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Why is Flash such a problem on the iPad? - Why is Flash such a problem on the iPad? - Cont.

We've heard so many reasons for flash not being on the iPad that no one is sure what the real issue is. We take a look to try and find the truth.

| Tablets in Mobile Devices | Posted: Feb 26, 2010 4:44 am
Manufacturer: Apple

Why is Flash such a problem on the iPad? - Continued

 

Security

 

This is a real concern and one has plagued Flash for some time. The problem lies firmly with Adobe and its requirement that the Flash Player plug-in for any browser be able to elevate its privileges in order to execute code seamlessly. This opens it up to malicious code execution without the user even knowing that it is being run. To Adobe's credit, they have fixed a few of these holes, but not all of them. There are a few methods that can be used to guard against this and on some of the mobile devices that are running Flash 10.1 these are being put in place.

 

But what of the iPhone? It was not until the release of the 3G S that the phone even had encryption despite Apple's claims to the contrary. The phone also has been subjected to more than a few attacks that take advantage of its multi-media oriented programming. True, most of these are aimed at jailbroken phones, but there is malicious code for the iPhone that uses the Mobile QuickTime and Safari as a vector. So I feel that Security, while a real concern, is not a fully truthful answer.

 

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Battery Life

 

This is another one that I find to be an outrageous claim. Again as we have mentioned, Flash 10.1 is running on more than a few smart phones and mobile devices. If there was a large issue with Flash affecting battery life, it would have hit the internet on more than one website. From there it would have made it around the web in a manner of hours. Still, Steve Jobs made the statement that it would reduce the iPad's battery life down to 90 minutes (from the 600 minutes claimed). I feel that this one is also not the answer.

 

HTML 5 or QuickTime will replace Flash

 

This one is probably very close to the mark. Apple and more than a few others are very excited about HTML 5 and QuickTime is an Apple product. If either one of these gains prominence in the market then Apple would be very happy. If the winner is QuickTime then like the iPod/iTunes explosion we would see QuickTime become a cash cow for Apple. They would still have their "free" version, but they would also know they have the standard and move to exploit it for financial gain (like any company would). Of course, the ironic side to this is that QT has just as many flaws as Flash and can be quite the resource hog all on its own. Still, while this may be a pipedream, it is probably one that warms Steve Jobs sleep on many a night.

 

The Hardware is not up to it

 

While this one is not one of the reasons stated by Apple, it is one that some in the market are asking. Is the real reason for the lack of Flash on the iDevices linked to underpowered hardware? There has been an ongoing battle about what exactly is in the A4 SoC that powers the iPad. Some say it is an Apple designed product, while others say this is nothing more than a Samsung design that Apple improved on.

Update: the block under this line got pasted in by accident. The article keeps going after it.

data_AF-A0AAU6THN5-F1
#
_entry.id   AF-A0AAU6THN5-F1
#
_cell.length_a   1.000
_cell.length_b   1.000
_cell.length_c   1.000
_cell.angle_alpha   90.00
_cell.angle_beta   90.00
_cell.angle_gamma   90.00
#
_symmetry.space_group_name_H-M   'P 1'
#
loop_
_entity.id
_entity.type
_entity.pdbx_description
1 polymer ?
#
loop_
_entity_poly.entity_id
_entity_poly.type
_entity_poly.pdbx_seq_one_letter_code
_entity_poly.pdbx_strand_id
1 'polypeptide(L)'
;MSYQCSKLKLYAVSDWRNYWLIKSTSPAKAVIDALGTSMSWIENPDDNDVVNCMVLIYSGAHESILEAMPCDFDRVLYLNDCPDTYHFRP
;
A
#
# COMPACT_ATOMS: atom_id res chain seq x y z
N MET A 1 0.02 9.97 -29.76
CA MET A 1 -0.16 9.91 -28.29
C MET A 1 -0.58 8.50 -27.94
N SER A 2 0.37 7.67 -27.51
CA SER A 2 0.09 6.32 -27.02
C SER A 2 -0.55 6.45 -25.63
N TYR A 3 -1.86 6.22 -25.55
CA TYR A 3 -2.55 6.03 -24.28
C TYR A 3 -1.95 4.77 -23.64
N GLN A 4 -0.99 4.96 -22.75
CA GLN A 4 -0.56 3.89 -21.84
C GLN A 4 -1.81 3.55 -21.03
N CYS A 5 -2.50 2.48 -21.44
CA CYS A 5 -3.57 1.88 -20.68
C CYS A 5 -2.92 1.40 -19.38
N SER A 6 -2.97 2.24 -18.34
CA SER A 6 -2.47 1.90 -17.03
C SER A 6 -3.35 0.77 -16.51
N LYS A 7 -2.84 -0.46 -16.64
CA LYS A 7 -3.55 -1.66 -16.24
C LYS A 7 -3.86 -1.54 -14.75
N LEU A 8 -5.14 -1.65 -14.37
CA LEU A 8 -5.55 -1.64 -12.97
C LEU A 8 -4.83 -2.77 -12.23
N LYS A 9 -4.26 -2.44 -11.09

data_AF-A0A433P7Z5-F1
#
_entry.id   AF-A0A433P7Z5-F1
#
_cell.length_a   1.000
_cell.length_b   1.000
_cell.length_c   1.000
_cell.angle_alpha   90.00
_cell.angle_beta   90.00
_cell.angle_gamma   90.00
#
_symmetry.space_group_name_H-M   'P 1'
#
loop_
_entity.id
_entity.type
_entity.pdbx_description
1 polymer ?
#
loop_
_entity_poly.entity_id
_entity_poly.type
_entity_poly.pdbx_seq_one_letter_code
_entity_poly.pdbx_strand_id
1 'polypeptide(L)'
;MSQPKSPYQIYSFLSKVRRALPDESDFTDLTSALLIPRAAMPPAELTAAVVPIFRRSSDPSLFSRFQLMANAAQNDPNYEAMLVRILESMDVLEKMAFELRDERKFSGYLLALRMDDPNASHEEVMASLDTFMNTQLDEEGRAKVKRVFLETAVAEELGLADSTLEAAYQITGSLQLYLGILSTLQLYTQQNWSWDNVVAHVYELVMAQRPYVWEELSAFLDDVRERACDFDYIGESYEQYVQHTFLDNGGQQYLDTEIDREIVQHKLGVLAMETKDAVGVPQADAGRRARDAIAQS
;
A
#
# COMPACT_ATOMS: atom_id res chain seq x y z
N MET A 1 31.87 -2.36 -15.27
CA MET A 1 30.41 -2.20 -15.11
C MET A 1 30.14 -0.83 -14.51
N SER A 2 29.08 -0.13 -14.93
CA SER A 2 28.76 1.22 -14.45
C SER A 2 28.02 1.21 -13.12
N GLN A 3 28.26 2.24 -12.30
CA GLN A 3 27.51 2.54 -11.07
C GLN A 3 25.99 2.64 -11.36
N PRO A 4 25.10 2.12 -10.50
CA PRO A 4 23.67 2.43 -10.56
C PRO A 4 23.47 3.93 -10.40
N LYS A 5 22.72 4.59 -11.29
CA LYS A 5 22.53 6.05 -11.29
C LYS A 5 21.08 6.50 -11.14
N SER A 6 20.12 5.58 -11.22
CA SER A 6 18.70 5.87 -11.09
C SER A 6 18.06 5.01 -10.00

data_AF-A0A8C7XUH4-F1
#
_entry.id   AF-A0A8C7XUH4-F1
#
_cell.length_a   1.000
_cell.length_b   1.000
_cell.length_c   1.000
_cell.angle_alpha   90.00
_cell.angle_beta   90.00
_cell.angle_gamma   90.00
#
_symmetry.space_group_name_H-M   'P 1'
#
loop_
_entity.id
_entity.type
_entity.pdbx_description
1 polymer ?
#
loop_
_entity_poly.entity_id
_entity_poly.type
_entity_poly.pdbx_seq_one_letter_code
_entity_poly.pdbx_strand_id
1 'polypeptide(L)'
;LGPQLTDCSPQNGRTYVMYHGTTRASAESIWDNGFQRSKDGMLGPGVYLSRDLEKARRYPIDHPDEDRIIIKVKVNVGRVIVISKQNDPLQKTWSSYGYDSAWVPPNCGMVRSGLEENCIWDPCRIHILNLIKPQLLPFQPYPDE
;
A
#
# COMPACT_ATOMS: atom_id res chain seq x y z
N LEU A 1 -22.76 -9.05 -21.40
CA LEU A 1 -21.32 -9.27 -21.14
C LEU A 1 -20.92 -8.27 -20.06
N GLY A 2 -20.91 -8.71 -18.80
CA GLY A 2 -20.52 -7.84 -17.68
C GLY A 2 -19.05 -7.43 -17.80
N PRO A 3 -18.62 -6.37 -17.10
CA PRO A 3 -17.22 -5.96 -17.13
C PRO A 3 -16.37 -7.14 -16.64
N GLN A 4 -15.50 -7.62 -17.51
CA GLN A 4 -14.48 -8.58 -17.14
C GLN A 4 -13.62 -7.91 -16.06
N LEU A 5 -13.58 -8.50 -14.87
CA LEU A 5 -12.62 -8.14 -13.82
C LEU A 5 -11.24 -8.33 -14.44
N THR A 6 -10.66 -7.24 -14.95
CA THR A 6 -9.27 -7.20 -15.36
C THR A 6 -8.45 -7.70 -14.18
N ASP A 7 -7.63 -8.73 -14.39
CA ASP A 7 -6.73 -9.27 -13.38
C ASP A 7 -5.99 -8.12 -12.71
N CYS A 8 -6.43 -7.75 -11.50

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Then there is the argument on the CPU and GPU inside. We have heard everything from it having two Dual Core ARM Cortex -9 CPUs running at 1GHz to a single ARM Cortex -9 at 1GHz. The GPU is even more bandied about; with claims of everything from a brand new IP designed by Apple and Imagination, to ARM IP. The truth is probably that it is the same GPU as in the iPhone 3G S, the PowerVR SGX. To the best of my knowledge this GPU cannot run OpenCL code, meaning that it cannot execute Flash natively on the GPU. This would put all Flash decoding on the CPU which would indeed need more power and more resources and makes Jobs' claims of significantly reduced battery life seem more real. It is possible that Jobs' comments to the Wall Street Journal are pointing to a fundamental flaw in the First Generation iPads. It is one that can be overcome in future generation products, but not without time and money. It is possible that the expense of designing a GPU that can run OpenCL code is more than Apple wants to spend on this low cost device, so we may never see it.

 

In the end

 

In the end, you can draw your own conclusion about why Flash is still not even a possibility on the iProducts. We have tried to give you all sides of the argument here with the information we have at hand. For my money I believe it is a combination of issues. One of these has been unintentionally let out by Steve Jobs.

 

The hardware in the iPhone and iPad is not up to running Flash. As it cannot support GPU acceleration it would have to run everything on the CPU, which would kill the performance and battery life. Developing a GPU that can is more than likely more money than Apple wants to spend on either the iPhone or iPad as it would eat into their healthy margins.

 

The other side also relates to money; by opening up the iPad and iPhone to Flash Apple would be relinquishing the possibility of HTML 5 or QuickTime moving to the forefront in the market. Why would anyone want to code for HTML 5 or QT when they probably already have Flash code they can just reuse.

 

This makes the reasons for Flash not being on the iPhone and iPad shrink down to money. I cannot blame Apple for wanting to make as much as they can out of their products, though. After all, most companies out are in the business of making money. I would like to see less finger pointing between the two major players or a more open standard for mobile devices, but that is something that is probably not going to happen any time in the near future.

 

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